SecureAuth is in the business of adaptive access control. What that means in plain (or at least more plain) English is that the company offers security solutions that balance strength with ease of use and that adapt to different use cases.
An example of adaptive access control might be requiring a simple username and password for regular access, but requiring a higher level of authentication when the user (for example) logs in from another geography.
+ Also on Network World: 5 trends shaking up multi-factor authentication +
As data breaches have gained massive prominence in recent years, due in part to some celebrities' dual proclivities for poor password control and a penchant for naked selfies, the public has become increasingly aware of multi-factor authentication (MFA) a process that requires a subsequent authentication entry beyond simply username and password.
While MFA is certainly more secure than single factor, it’s also kind of a pain and customers are looking to have far more granular control over authentication—which is where this adaptive access control notion comes in. Previously MFA has been in the form of a physical token, which generates a random number, or alternatively the sending of an SMS to a paired mobile device. These methods, however, are still too inflexible, and vendors and customers alike are looking for different flavors of MFA that better meet their particular use cases.
Mobile MFA approach: SecureAuth's Symbol-to-Accept
And so we have SecureAuth today announcing Symbol-to-Accept, a mobile MFA approach that aims to improve security without placing an undue burden on users.
Symbol-to-Accept moves on from Push-to-Accept, an MFA approach that offers a single button users click on to validate the authentication attempt. SecureAuth has determined that users are, in some cases, routinely pressing “Accept” even when they didn’t actually initiate an authentication attempt. SecureAuth's take is that while Push-to-Accept has exploded due to its simplicity and speed, it exposes enterprises to risk that users may inadvertently approve login requests they did not initiate. This could allow an attacker to bypass the intended protection of MFA and breach the user’s account:
“Push-to-Accept is arguably one of the most convenient forms of multi-factor authentication,” said Keith Graham, CTO at SecureAuth. “Unfortunately, while traditional Push-to-Accept authentication provides a great user experience, it is prone to exploit by attackers who may bombard the user with Push-to-Accept requests—to the point where the user will eventually hit 'accept' to make the requests go away. And for cybercriminals, it’s a numbers game: Bombard as many users with requests as necessary until the desired outcome is achieved.”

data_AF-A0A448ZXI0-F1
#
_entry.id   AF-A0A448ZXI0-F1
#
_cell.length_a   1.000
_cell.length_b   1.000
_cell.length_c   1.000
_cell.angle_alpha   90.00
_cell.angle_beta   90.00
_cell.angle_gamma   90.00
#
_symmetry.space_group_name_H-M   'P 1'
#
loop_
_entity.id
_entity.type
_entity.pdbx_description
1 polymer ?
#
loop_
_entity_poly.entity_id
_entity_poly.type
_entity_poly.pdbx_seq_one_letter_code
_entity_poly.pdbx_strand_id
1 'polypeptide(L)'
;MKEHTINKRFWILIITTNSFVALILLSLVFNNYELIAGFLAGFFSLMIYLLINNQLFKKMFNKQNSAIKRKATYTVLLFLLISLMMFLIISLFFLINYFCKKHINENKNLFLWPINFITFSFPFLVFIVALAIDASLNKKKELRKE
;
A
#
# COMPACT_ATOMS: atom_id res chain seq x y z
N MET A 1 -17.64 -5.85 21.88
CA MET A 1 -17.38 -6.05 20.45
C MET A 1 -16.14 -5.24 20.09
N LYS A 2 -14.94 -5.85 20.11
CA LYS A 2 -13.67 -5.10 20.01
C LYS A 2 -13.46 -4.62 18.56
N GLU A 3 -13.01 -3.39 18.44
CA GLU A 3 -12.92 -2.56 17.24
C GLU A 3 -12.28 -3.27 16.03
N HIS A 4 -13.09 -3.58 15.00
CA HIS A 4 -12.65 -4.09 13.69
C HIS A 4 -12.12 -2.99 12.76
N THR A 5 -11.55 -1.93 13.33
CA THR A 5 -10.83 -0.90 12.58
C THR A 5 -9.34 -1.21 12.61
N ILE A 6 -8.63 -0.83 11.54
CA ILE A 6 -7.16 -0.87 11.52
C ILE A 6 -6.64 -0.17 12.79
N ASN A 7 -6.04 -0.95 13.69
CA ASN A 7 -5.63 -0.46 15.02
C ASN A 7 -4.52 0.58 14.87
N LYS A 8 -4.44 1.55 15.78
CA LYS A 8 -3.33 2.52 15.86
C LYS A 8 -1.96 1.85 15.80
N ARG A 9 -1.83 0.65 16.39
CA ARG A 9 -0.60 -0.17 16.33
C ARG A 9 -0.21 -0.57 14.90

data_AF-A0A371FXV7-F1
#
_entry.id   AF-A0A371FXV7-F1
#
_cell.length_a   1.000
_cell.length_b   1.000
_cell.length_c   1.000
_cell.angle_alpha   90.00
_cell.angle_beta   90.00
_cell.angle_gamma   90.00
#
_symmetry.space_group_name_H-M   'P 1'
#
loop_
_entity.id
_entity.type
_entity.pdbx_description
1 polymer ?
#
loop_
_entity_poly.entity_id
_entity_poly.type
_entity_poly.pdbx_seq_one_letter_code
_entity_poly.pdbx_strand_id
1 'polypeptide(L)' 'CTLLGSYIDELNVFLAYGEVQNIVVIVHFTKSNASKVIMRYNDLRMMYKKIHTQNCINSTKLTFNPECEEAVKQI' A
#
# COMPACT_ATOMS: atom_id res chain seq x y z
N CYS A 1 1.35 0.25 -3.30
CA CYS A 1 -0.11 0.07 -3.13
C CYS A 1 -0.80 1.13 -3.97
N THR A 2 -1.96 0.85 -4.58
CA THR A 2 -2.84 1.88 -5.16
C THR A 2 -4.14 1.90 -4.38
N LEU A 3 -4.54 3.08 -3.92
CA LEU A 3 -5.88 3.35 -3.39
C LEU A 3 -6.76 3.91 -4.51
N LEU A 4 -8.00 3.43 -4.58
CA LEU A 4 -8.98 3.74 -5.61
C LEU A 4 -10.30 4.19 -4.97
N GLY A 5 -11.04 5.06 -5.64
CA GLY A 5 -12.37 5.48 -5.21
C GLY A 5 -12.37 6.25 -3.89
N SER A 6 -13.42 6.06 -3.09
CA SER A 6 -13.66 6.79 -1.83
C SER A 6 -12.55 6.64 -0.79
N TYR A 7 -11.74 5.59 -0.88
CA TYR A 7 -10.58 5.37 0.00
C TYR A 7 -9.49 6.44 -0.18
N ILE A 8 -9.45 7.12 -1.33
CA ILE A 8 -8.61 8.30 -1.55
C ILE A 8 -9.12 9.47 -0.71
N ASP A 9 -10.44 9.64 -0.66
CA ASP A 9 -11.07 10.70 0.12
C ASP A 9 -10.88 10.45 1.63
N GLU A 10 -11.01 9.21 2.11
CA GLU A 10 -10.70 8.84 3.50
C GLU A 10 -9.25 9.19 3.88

How Symbol-to-Accept works
Symbol-to-Accept, on the other hand, allows mobile push authentication with fewer risk factors. With Symbol-to-Accept, the user is presented a small number of “accept” buttons displaying single, randomly selected symbols (such as letters). To successfully log in, the user selects the correct symbol that matches one displayed on their computer’s login screen.
SecureAuth speak directly to this perennial tension between security and ease of use and the need to continually move goal posts in terms of the systems and processes that organizations use.
“To satisfy today’s changing enterprise landscape, it’s essential for security solutions to evolve at the pace of new emerging threats, as well as meet practical organizational needs,” Graham said. “Some organizations are already moving to stronger methods of user authentication, including adaptive access control techniques, safeguarding critical areas such as Single Sign-On (SSO) portals and self-service password reset applications. It is imperative that more organizations take this lead and look to implement adaptive access in a way that, in addition to Symbol-to-Accept, performs risk analysis as part of the authentication process. Adaptive techniques such as device recognition, geo-location, the use of threat services and even behavioral biometrics enable organizations to take control of their authentication process without compromising user experience.”
I like the idea of Symbol-to-Accept. While the term is a mouthful that, thankfully, won’t get much traction beyond the security vendors, the idea is yet another arrow for security teams to put into heir continually changing quiver of authentication options.
This article is published as part of the IDG Contributor Network. Want to Join?